I’VE JUST got back from the south of France.
As hard as I try, it is not possible to say that in a casual way.
But it was casual. Mostly.
As much as it can be when every house is a châteaux and every garden a vineyard.
Roundabouts had fountains on, Roman ruins dotted the roadside, the spring sunshine danced on the ‘baby Alps’ on the horizon.
It was spectacular, so much so you can’t help get a bit poetic when your brain takes you back there and all you can see outside is car park...
At least my partner and I did our best to buck the elegant and refined trend.
With us, even simple tasks can become an adventure.
The car alone proved to be a source of much hilarity.
Obviously, it was backwards, and we’d agreed as soon as the holiday was booked that I would be resigned to the passenger seat.
I didn’t argue for the simple reason that I like to nap.
And, partly, because my partner said he wouldn’t come if I was the one behind the wheel. So it was over to him.
Other than a few attempts to change gear using the electric windows switch and me nearly eating my fist every time I got a little too near the ditch, it went swimmingly.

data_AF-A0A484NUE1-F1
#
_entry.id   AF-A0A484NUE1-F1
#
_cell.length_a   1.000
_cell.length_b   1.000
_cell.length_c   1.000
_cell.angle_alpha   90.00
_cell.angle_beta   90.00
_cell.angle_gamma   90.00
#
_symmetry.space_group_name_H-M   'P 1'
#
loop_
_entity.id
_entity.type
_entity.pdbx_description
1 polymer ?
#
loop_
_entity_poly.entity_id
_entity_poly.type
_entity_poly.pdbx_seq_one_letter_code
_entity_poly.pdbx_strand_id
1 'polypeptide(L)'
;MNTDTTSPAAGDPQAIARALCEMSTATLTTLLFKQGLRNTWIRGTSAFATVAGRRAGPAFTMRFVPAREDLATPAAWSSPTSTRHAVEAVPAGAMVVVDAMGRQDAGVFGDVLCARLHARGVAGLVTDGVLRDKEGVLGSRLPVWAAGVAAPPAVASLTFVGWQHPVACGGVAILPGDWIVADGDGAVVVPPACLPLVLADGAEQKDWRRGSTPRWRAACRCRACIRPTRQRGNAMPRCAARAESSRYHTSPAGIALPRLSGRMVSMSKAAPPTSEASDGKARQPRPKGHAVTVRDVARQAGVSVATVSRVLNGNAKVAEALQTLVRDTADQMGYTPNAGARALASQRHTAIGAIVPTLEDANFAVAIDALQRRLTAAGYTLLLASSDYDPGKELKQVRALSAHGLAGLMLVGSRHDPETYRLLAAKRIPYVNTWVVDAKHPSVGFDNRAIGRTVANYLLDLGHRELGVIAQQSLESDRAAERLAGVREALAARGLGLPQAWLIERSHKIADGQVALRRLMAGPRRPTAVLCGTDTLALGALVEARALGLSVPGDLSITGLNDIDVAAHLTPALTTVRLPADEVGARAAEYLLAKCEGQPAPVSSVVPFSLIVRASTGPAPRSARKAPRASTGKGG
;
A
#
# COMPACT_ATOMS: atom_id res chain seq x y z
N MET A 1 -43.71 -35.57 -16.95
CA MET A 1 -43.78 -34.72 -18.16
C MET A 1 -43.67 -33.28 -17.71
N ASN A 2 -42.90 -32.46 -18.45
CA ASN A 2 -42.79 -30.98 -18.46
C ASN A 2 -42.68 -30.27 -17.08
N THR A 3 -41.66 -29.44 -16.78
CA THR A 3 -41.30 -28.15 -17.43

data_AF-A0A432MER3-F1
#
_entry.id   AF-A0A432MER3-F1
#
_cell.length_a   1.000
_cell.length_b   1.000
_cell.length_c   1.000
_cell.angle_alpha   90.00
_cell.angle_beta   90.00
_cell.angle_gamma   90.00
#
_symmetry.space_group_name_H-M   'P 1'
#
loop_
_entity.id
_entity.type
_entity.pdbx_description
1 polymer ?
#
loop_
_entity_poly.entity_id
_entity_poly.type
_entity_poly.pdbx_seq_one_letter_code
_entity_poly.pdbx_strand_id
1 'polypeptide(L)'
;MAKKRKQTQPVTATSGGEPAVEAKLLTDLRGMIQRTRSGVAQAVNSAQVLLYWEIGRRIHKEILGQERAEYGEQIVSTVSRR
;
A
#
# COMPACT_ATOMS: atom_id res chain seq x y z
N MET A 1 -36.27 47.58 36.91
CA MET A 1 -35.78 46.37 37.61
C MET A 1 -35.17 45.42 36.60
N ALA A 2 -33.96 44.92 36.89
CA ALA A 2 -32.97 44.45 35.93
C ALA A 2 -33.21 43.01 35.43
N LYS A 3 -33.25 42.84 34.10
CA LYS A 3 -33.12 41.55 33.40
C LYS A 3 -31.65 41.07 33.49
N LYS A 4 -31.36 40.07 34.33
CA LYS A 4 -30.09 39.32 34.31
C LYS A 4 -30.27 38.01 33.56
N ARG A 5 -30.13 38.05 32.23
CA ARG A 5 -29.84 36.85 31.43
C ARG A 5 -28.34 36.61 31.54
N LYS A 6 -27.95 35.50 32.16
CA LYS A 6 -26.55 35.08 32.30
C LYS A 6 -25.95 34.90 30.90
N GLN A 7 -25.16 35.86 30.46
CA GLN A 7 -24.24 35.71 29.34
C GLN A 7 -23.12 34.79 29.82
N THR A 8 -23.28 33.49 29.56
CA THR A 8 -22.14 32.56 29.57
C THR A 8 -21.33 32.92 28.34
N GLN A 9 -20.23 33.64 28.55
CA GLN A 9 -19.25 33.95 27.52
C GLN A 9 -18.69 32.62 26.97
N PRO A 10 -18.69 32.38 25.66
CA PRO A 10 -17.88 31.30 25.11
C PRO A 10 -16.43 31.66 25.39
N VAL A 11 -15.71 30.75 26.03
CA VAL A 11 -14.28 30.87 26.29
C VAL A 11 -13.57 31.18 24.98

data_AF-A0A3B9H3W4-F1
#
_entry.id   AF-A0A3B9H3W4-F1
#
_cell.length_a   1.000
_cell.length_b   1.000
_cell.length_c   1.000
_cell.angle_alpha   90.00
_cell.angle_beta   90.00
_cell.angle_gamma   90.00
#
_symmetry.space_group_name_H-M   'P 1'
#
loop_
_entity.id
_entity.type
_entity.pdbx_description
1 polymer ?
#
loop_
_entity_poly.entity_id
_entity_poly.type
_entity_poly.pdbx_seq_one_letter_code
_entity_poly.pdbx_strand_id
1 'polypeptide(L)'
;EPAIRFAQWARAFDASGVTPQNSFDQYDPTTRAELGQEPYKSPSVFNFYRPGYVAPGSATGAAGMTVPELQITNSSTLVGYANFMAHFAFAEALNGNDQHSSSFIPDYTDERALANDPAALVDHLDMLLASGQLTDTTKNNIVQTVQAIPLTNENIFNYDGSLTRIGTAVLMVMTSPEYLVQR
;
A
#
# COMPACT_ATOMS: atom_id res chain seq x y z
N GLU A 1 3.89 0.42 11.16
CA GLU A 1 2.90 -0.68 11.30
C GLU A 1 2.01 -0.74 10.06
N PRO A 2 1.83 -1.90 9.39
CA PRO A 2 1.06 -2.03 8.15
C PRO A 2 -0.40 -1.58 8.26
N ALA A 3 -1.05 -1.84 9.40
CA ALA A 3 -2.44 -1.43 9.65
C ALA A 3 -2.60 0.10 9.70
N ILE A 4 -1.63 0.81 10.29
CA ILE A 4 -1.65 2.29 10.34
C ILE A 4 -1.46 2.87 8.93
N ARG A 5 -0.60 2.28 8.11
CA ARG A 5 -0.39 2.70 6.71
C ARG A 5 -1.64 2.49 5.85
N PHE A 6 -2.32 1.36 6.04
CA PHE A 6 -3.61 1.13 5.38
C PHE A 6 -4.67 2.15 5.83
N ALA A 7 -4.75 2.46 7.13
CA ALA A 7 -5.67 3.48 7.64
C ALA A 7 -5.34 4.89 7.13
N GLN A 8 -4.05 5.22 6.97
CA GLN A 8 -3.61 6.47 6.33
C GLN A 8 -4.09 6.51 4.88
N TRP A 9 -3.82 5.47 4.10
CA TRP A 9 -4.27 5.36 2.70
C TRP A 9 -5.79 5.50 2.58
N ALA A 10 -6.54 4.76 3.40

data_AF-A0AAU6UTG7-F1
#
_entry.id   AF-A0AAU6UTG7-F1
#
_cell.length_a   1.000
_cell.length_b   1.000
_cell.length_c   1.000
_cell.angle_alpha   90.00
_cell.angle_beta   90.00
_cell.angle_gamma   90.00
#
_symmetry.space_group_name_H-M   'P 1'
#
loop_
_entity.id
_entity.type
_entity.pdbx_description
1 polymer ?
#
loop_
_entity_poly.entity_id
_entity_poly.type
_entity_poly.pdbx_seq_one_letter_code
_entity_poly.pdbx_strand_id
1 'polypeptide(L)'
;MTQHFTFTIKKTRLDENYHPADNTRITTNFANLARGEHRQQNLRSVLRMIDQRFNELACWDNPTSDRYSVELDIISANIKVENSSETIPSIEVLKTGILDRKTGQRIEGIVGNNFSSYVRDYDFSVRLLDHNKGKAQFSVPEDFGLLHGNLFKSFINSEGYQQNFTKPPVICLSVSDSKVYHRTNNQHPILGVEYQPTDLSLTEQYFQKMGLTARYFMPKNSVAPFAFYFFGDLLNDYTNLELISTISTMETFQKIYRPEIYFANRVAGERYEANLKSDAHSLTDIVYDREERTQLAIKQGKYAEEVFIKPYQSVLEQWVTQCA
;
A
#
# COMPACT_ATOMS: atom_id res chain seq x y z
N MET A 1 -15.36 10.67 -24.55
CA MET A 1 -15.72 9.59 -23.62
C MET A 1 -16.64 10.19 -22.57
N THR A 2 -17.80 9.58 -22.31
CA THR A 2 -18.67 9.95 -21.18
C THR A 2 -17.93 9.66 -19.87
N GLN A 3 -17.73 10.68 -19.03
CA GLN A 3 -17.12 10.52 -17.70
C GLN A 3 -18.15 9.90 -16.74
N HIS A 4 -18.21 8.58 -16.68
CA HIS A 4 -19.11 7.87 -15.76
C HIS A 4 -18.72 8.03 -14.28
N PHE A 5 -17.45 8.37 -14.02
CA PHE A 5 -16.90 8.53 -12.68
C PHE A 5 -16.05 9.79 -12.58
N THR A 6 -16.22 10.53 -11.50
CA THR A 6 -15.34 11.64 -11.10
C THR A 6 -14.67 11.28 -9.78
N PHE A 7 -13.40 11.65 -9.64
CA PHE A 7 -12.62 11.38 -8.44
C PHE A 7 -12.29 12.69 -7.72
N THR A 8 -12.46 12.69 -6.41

Granted our first journey, having landed in Marseille, saw us manage to drive halfway to Nice before realising we were going the wrong way – and that the car had an inbuilt satnav.
Toll roads proved a treat.
Not because we were too far from the ticket slot, but because French people must have ‘really long arms’ – apparently.
The historic villages, rolling countryside and amazing cheese should probably get the top spot when it comes to picking a highlight.
But there’s something about seeing him having to open the door, unbelt, lean out, grab, while I shouted ‘go, go, go’ when the barrier swung up that I’ll treasure for a long time.